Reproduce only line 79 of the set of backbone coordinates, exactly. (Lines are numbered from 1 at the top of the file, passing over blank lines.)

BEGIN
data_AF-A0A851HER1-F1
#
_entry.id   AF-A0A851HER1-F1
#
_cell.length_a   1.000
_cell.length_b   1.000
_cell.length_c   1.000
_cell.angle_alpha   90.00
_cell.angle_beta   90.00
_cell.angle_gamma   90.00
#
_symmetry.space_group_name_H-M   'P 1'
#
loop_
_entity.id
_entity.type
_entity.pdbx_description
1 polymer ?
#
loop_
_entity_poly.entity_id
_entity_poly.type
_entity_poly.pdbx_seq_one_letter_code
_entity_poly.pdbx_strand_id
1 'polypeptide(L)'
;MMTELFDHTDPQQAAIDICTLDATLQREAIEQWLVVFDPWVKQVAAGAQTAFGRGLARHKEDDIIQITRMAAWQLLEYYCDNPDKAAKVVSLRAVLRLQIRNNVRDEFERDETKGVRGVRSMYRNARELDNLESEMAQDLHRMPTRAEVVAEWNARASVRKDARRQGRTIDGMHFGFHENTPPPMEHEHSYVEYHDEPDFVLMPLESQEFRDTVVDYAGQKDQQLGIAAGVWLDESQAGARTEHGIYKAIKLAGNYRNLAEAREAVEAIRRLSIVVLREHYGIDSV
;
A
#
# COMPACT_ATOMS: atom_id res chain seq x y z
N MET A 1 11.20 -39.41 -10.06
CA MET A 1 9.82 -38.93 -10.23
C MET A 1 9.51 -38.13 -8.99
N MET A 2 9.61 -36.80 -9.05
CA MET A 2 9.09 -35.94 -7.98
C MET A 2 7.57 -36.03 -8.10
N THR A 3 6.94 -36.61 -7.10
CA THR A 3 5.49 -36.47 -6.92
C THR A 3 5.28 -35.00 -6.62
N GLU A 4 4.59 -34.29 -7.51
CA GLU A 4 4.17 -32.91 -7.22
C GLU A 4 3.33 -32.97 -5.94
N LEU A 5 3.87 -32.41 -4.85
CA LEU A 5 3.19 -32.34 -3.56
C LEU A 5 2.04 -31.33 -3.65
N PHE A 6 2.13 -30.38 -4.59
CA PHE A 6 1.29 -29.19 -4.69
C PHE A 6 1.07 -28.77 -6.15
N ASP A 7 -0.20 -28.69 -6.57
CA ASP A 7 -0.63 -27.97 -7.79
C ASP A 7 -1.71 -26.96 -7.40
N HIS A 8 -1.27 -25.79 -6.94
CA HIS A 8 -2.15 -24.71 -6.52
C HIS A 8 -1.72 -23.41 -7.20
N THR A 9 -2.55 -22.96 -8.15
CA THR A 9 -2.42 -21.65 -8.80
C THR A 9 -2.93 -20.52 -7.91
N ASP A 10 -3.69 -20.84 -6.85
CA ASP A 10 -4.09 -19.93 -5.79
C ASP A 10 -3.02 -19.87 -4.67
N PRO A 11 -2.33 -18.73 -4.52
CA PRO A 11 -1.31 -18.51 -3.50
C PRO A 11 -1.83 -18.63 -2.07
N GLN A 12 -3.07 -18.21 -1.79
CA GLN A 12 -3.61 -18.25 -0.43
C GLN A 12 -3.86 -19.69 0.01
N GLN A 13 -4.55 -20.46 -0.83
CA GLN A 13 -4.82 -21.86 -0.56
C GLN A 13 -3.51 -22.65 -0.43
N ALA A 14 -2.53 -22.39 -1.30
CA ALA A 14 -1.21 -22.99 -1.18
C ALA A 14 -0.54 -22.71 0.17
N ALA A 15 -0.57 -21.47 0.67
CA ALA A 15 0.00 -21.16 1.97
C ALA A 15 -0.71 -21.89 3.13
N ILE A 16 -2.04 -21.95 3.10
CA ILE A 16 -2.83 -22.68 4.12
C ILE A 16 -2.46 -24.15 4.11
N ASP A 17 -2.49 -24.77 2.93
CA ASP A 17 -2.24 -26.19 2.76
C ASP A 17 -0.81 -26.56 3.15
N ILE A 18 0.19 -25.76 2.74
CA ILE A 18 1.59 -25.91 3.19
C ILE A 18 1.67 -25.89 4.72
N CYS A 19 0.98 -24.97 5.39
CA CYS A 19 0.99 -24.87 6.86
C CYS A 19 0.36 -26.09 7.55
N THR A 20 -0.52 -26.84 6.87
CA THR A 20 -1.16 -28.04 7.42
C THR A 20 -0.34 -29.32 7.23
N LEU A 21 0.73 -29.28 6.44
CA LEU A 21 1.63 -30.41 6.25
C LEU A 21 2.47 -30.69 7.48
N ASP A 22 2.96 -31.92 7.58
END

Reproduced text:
N ASP A 17 -2.49 -24.77 2.93